IMG_0045.JPGOur second event was at the Hellenic Museum: Hellenic High Tea. My beloved was a bit dubious but he was pretty impressed when we walked through the Hellenic Museum (which I’ve been meaning to visit for maybe a decade) and there was an amazing courtyard and pavilion with tables and chairs. In the middle of the city. For this one, we were seated at a mixed table of six. Two of the other people were quite happy to chat, and we had occasional interesting conversations. The other two… yeh. For a start they were pretty young, so maybe they had never been on a mixed table like that before. They barely spoke to each other. There were phones out. The beloved hypothesised that this was a gift that they weren’t wild about. I mean, they didn’t even eat everything. What even I do not understand.

Because oh, the food. It was pretty classic high tea food, but the Greek twist was wonderful. Chicken sandwich… with preserved lemon and dill. Gougeres… with oregano and feta (actually that wasn’t my favourite but still). Spanakopita, braised lamb cigarillos, pistachio macarons (SWOON), and it was just wonderful overall. The Greek island iced tea was
excellent. I’d gone for the ‘drink on arrival’ option – the sparkling was ok but I’m told the frappe martini was a bit like having cold coffee. The presentation of all of the food was great, the ambiance was lovely (a warm day but we were in shade; a trio of maybe-uni-students playing entirely background-worthy music; two of the most spectacular arrangement of dahlias I have ever seen in my life).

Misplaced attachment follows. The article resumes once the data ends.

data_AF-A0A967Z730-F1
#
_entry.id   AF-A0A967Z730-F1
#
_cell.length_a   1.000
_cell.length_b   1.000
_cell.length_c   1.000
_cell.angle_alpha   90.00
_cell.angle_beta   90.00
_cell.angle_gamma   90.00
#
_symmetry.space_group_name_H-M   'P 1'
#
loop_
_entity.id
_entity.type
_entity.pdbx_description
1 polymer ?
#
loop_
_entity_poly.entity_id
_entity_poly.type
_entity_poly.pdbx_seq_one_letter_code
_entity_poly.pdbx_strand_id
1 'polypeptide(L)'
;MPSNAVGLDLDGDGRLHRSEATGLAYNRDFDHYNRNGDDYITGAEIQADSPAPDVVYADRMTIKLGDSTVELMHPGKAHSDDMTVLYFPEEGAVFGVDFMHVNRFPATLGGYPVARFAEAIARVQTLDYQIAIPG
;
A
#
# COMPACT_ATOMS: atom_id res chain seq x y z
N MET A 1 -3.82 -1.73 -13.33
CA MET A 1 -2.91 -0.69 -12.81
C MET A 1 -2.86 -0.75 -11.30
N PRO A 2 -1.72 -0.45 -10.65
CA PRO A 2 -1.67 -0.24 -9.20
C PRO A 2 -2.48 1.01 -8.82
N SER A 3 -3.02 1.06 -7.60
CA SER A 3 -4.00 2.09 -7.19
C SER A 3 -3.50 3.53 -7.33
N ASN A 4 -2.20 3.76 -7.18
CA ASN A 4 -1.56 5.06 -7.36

I’m already looking forward to seeing the advance programme for 2017.

 

Sipping vinegar

aka drinking vinegar

aka shrub

This is another recipe that I got courtesy of Kate of Just Add Moonshine. I have no idea where she got it from, and a very cursory search online doesn’t find me the recipe she gave me.

Sipping vinegar is for adding to soda water or other sparkling water, or gin and tonic or… other alcohol, I suppose. It’s very easy to make: it just involves fruit, white or cider vinegar, and sugar. The variations Kate told me about are lemon or apple. The lemon was ok but the apple – I used pink lady – was fantastic.

Three apples, grated

1 cup cider vinegar

1 cup sugar

Put it all together in a saucepan; wait til the sugar dissolves then leave it simmering gently for half an hour. Then strain it – Kate’s method is to put a Chux into a sieve over a bowl or jug, and leave it to drip for however long.  The vinegar is really strong, of course, so you’ll need the rangehood going; I’ve taken to doing the straining outside, because it’s still pretty potent at that stage.

I’ve also tried it with mango leftovers – pips and skins, after cutting them up for dehydrating – and an apple to make up the quantity. It wasn’t very mango-y, tragically, and I’m not sure I can face sacrificing a mango or three to make sipping vinegar.

The end result: it is a little vinegary, of course, but the sweetness cuts through it nicely; refreshing is a good word for it. You don’t need too much for it to add a good flavour. The above recipe gives about a cup or so of vinegar; I haven’t noticed it going off, and I suppose it lasts for quite a while with those ingredients. I have no idea how many drinks you’d get out of that much – depends entirely on how much flavour you require.

It’s definitely worth giving it a go.